I'm back! Much apologies to my readers [if I have any readers?] for my month long hiatus. A nasty virus attacked my computer and I have been without internet access for 4 long weeks. I seem to have resolved the problem all by myself, an accomplishment for which I am very proud.
Just because I haven't been blogging doesn't mean I haven't been cooking, though. I have been busy with many other things [hence the 4 weeks it took me to fix my computer], but I've managed to eek out a few gems from my kitchen, even without the motivation of future publication on the internet.
One such recipe was a jazzed up version of loubieh bi zeit, a classic Lebanese dish of tender green beans sauteed in tomatoes and olive oil.
If you've been reading this blog for any length of time, one thing you may know about me is that I am generally disgusted with bastardized versions of Arabic food. I'm no snob when it comes to coffee or wine, but I seriously turn my nose up to roasted pepper pesto aoli hummus and other abominations.
The beauty of Lebanese food lies in its simplicity. Most dishes are flavored with some combination of garlic, lemon, and salt. There is much skill involved in determining the perfect perportions of each, and there are probably as many recipes for hummus as I have cousins, but the reality is that most Arabic food is quite basic, and quite perfect the way that it is.
There is something to be said for eating food cooked the same way your grandmom's mom made it. But, admittedly, there are days when I want to cook up something really special and I bend the rules a little. The key is keeping the recipe's integrity in tact. I try to preserve the essence of the recipe, using the same spices and ingredients, just adding extras to enhance the flavor.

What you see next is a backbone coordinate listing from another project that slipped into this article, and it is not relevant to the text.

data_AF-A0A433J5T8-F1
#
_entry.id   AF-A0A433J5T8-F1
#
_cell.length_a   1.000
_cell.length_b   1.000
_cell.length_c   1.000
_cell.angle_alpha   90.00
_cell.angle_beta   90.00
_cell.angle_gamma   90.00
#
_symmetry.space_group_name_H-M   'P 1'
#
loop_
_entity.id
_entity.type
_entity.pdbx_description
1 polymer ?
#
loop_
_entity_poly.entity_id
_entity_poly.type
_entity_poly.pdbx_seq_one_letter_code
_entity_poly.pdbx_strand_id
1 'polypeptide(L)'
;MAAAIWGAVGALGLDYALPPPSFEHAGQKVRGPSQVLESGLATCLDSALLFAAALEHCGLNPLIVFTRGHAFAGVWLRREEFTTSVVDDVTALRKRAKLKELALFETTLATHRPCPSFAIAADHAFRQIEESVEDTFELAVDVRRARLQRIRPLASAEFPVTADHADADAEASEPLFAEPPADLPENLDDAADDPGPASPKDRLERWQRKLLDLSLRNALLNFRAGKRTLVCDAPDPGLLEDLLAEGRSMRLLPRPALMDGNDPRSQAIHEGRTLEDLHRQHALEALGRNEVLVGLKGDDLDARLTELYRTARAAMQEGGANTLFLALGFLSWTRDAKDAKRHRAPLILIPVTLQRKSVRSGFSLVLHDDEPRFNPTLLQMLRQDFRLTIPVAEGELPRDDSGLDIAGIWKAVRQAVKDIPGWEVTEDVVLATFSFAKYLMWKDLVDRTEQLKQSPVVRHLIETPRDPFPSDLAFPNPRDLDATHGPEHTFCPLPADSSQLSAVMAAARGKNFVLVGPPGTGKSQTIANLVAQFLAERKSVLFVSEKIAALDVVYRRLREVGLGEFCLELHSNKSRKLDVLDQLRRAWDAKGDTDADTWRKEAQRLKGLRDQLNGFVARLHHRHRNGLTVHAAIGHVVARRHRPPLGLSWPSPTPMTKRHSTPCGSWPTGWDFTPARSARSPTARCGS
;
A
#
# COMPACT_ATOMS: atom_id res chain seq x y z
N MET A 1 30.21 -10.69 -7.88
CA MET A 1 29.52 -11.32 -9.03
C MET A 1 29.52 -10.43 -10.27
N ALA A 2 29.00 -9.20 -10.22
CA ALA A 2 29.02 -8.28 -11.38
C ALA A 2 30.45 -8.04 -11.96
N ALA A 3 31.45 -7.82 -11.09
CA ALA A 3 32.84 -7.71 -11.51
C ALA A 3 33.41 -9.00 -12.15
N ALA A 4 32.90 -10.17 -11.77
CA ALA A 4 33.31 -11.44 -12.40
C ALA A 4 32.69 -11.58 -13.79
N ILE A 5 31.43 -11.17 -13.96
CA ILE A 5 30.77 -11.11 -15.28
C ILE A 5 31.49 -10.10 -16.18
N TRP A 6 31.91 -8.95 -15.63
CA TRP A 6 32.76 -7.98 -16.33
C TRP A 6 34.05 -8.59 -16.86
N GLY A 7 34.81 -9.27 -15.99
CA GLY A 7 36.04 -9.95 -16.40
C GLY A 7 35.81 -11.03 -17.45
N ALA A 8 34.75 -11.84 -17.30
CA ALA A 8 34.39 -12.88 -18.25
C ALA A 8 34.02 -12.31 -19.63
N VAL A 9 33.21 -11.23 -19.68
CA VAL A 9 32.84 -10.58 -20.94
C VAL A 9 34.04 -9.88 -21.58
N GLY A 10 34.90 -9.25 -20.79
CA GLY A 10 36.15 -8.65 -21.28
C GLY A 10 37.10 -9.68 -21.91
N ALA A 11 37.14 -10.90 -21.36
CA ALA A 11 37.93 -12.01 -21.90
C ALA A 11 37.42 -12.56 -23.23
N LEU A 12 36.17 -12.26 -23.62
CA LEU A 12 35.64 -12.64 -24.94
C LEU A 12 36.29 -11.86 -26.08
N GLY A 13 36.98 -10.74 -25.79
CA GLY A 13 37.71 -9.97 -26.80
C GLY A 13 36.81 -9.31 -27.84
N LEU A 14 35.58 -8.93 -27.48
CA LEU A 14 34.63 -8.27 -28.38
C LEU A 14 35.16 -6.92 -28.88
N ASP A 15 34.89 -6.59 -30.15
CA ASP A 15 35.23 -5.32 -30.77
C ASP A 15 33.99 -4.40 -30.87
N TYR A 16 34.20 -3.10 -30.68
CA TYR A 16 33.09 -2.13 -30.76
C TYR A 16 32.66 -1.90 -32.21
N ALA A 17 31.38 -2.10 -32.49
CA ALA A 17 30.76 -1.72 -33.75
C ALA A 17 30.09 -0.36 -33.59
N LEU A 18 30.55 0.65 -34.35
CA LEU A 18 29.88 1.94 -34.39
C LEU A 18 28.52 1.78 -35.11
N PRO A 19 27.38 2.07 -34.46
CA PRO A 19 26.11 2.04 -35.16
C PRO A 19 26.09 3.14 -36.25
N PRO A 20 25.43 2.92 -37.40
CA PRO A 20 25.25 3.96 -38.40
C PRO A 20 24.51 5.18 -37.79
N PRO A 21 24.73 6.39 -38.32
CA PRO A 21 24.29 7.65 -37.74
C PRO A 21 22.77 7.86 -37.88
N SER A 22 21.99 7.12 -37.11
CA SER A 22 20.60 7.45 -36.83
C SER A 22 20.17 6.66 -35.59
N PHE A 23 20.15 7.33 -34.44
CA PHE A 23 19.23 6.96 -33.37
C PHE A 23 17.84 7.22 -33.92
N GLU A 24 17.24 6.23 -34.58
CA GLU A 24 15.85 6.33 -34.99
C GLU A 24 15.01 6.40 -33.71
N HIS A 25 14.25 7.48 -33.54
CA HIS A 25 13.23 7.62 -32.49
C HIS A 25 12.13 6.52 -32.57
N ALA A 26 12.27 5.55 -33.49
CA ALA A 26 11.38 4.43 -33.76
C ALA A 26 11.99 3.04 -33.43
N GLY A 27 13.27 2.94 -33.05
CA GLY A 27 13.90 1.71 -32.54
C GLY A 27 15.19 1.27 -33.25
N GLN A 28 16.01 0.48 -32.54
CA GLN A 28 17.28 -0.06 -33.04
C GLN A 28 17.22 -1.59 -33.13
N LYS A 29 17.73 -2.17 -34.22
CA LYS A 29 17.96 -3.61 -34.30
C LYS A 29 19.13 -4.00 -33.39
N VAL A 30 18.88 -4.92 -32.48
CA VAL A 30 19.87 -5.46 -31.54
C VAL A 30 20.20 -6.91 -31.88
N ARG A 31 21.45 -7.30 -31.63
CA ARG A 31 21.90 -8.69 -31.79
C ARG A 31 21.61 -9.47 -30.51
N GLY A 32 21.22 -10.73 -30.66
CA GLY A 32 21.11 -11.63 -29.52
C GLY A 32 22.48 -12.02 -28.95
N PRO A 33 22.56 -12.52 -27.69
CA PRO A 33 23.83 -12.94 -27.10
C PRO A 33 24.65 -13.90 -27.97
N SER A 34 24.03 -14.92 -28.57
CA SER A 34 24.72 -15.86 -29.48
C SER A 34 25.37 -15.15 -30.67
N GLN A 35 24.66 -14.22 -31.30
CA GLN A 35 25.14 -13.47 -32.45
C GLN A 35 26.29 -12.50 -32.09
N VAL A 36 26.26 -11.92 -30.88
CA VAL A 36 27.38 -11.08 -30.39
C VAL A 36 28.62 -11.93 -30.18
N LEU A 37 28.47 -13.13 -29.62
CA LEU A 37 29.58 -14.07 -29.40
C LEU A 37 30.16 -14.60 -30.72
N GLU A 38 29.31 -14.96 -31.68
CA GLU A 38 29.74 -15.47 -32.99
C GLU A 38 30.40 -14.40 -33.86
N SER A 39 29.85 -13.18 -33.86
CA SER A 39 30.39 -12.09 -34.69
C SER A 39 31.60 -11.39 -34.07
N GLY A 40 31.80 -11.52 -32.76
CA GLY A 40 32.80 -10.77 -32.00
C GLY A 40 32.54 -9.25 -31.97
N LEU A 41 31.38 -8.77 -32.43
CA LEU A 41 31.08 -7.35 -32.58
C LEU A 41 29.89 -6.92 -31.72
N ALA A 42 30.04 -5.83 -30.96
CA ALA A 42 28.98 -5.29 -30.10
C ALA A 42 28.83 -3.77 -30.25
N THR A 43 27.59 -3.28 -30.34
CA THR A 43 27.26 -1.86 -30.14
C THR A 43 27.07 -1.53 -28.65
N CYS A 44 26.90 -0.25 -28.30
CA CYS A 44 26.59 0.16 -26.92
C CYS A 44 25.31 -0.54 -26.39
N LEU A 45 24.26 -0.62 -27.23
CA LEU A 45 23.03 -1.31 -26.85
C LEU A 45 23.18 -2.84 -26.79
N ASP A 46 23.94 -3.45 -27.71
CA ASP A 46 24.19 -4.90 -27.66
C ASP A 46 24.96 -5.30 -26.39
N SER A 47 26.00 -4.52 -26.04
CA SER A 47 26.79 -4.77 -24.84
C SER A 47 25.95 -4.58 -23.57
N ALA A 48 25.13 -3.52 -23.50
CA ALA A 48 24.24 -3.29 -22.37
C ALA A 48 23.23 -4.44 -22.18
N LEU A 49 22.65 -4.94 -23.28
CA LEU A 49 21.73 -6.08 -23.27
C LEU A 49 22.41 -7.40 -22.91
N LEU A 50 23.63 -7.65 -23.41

Loubieh bi zeit is usually very tender and stew-like. My jazzed up Loubieh was heartier, as roasting the green beans gave them a very pronounced flavor and the pumpkin seeds, a popular snack in the middle east, added some crunch. I minced the onions and tomatoes instead of chopping them, inspired by Nigella Lawson's tendency to throw every vegetable possible into the food processor. Mincing produced the desired effect, and I only had to toss the glistening mixture of tomato and onion with the green beans for a few minutes.
Loubieh Mashwey bi bizr
Roasted Loubieh with Pumpkin Seeds
2lbs green beans
2 tomatoes, minced
1/4 c. pumpkin seeds
1 onion, minced
1/4 olive oil
Preheat oven to 400 degrees. Wash and stem green beans, leaving them whole. Spread in a 9 X 13in pan so that they are one layer thin. Drizzle with olive oil and sprinkle with sea salt, then roll them around a little so that they are evenly coated. Roast for 20-25 minutes. They will be spotted with brown and a little shriveled.
Toast the pumpkin seeds in a large wok or pan in the olive oil. Once brown, add in the tomatoes and onions, and sautee until onions are translucent. Add in roasted green beans and sautee for 5 more minutes. Serve with pita bread.